What Is a Rebound?
In finance and economics, a rebound refers to a recovery from a prior period of negative activity or losses—such as a company posting strong results after a year of losses or introducing a successful product line after struggling with false starts.
In the context of stocks or other securities, a rebound means that the price has risen from a lower level.
For the general economy, a rebound means that economic activity has increased from lower levels, such as the bounce back following a recession.
- Rebounds occur when events, trends, or securities switch course and move higher after a period of decline.
- A company might report strong earnings in its fiscal year after the previous year's losses, or a successful product launch after several duds.
- In terms of the stock market, a rebound could be a day or a period of time in which a stock or the stock market overall, recovers after a selloff.
- When it comes to the economy, a rebound is part of the normal business cycle that includes expansion, peak, recession, trough, and recovery.
Rebounds are a natural occurrence as part of the ever-changing business cycles. Economic recessions and market declines are an inevitable part of the business cycles. Economic recessions occur periodically when business grows too quickly relative to the growth of the economy.
Similarly, stock market declines occur when stocks become overvalued in relation to the pace of economic expansion. The price of commodities, such as oil, declines when supply exceeds demand. In some extreme cases, such as the housing bubble, prices may decline when asset values become overinflated due to speculation. However, in every instance, a decline has been followed by a rebound.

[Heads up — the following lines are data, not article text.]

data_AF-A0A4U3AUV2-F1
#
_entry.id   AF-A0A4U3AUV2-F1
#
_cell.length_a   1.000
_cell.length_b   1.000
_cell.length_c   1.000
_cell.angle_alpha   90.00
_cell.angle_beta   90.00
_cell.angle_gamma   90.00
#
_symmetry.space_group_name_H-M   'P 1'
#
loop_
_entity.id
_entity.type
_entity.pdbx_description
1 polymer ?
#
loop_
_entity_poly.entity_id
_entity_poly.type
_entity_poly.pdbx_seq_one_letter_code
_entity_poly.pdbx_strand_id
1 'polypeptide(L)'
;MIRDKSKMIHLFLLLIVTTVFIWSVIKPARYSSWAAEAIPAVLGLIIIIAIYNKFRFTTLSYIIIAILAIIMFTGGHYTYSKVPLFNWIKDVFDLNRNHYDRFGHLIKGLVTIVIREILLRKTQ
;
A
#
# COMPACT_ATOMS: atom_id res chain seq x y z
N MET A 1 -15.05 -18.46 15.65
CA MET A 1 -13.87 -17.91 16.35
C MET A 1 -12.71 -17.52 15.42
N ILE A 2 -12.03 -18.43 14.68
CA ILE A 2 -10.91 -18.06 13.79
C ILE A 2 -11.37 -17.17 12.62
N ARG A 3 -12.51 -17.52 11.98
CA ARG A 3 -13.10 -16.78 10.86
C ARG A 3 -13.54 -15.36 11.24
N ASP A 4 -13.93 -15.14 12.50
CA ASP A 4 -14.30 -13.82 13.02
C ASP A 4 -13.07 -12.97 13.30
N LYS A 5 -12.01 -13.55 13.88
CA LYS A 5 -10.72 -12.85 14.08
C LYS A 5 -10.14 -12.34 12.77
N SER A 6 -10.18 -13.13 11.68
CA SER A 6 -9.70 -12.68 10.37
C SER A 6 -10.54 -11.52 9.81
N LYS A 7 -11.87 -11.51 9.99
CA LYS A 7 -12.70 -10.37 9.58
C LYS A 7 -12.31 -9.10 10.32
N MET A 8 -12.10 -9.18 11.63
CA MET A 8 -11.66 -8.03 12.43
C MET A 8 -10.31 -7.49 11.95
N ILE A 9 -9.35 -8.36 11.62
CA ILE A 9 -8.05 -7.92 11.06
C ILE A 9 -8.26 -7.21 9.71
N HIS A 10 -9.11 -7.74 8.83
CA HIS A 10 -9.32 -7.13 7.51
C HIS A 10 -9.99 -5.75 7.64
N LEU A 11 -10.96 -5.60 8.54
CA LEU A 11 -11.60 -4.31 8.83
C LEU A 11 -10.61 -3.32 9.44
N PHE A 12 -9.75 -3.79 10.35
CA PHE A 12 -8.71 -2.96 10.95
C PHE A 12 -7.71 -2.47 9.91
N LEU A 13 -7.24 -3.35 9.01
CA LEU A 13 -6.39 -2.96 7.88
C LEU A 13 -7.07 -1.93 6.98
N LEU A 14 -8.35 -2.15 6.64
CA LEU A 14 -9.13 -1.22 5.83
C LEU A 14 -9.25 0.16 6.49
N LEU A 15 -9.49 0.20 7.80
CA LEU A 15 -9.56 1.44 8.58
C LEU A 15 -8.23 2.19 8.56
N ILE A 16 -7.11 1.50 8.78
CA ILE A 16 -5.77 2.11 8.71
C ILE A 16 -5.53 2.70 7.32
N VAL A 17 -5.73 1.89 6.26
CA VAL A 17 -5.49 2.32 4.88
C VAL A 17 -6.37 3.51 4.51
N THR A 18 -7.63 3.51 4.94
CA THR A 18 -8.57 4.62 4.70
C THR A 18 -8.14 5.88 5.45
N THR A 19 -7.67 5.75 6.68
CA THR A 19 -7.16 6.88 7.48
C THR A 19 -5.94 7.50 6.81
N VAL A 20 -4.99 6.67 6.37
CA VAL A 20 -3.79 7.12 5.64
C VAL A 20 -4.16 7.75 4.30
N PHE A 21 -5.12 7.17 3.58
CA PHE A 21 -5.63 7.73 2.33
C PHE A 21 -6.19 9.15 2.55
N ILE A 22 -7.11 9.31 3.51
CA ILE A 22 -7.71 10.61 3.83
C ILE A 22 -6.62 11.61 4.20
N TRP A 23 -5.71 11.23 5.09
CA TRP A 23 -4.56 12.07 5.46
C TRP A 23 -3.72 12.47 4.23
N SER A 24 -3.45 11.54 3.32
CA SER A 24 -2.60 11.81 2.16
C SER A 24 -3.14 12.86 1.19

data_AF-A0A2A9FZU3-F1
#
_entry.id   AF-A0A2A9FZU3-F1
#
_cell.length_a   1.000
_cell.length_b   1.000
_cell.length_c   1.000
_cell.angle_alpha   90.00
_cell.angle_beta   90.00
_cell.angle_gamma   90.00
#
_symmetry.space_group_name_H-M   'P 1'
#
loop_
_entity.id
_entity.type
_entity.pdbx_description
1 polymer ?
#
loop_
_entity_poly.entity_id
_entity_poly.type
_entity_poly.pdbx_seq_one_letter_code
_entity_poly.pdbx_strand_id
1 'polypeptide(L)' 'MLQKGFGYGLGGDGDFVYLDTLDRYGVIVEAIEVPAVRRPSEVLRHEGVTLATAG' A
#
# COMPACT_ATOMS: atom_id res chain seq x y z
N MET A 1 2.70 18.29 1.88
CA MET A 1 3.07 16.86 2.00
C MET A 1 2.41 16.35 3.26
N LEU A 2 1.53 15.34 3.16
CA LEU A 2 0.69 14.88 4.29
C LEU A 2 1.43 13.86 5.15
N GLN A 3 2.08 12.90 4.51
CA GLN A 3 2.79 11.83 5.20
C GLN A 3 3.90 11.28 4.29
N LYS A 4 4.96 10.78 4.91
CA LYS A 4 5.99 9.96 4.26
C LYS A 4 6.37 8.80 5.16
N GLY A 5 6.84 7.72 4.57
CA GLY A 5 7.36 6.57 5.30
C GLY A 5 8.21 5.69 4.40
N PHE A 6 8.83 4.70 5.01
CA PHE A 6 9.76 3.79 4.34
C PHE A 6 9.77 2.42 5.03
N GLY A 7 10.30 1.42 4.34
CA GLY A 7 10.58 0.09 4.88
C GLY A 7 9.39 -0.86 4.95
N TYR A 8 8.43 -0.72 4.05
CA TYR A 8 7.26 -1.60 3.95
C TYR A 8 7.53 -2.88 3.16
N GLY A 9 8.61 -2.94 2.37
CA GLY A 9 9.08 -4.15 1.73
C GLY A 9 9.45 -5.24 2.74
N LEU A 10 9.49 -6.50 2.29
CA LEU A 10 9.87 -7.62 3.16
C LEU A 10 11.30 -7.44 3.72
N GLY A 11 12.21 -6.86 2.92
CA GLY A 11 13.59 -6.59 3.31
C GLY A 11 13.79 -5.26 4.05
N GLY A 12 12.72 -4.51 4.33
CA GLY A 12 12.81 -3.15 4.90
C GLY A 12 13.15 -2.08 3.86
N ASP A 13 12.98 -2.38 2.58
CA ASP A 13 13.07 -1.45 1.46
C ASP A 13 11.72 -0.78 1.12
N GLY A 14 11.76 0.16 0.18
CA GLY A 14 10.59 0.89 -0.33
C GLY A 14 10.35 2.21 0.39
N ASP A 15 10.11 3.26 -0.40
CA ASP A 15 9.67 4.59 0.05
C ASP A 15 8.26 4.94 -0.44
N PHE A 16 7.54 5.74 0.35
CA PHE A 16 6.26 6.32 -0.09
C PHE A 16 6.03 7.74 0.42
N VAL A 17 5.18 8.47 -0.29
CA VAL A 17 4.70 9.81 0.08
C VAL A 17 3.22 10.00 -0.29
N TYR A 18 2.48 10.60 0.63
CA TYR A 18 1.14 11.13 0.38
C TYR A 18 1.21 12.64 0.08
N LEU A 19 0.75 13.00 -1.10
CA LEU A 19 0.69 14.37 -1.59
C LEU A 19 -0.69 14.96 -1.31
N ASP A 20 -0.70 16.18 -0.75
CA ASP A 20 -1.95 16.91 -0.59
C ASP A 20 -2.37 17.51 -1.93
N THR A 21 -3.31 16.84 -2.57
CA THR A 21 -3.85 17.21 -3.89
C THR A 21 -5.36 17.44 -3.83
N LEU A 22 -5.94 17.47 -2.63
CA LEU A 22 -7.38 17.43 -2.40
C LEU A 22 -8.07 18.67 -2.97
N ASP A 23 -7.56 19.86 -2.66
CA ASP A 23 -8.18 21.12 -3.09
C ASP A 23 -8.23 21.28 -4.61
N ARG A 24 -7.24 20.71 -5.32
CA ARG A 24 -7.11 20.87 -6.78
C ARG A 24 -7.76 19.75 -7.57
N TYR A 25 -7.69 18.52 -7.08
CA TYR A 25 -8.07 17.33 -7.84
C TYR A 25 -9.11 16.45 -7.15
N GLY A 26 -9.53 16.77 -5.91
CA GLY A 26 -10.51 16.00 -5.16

The economy is also defined by periods of rebounding off of periods of sluggish activity or shrinking GDP. A recession is defined by economists as two consecutive quarters without economic growth. Recessions are part of the business cycle which consists of expansion, peak, recession, trough, and recovery. A rebound from a recession would occur in the recovery stage, as economic activity picks up steam and GDP growth turns positive again. Economic rebounds may be aided by monetary and/or fiscal stimulus enacted by policymakers.
Regardless of the type of decline—whether it be economic, housing prices, commodity prices, or stocks—in all instances, historically, a decline has been followed by a rebound.
Dead Cat Bounce vs. Trend Reversal
A rebound may signal a reversal in a prevailing downtrend from bearish to bullish. However, it may also be a dead-cat bounce, or false rally, that continues on to a steeper selloff. A dead cat bounce is a continuation pattern, where at first there is a strong rebound that appears to be a reversal of the secular trend, but it is quickly followed by a continuation of the downward price move. It becomes a dead cat bounce (and not a reversal) after the price drops below its prior low.
Frequently, downtrends are interrupted by brief periods of recovery, or small rallies, when prices temporarily rebound. This can be a result of traders or investors closing out short positions or buying on the assumption that the security has reached a bottom.
Historical Examples of Rebounds
Stock market prices often rebound after a steep selloff as investors seek to purchase shares at a bargain price and technical signals indicate that the move was oversold.
The steep stock market decline that rocketed markets in mid-August threw investors for a loop, with the Dow Jones Industrial Average (DJIA) dropping 800 points, or 3%, on Aug. 14, 2019, in the worst trading day of that year. But the blue-chip bellwether rebounded a bit the following session, gaining nearly 100 points back after strong July retail sales figures, and better-than-expected quarterly results from Wal-Mart helped cool investor fears.
Similarly, stocks plunged across the board on Christmas Eve, 2018, in a shortened session, with economic fears causing the indexes to post their worst pre-Christmas day losses in many years—in the case of the Dow, the worst ever in its 122-year history. But on the first trading day after Christmas, on Dec. 26, 2018, the Dow Jones Industrial Average, the S&P 500, the Nasdaq Composite, and the small-cap Russell 2000 index all gained at least 5%. The Dow's rise of 1,086 points during that session was its biggest one-day rise.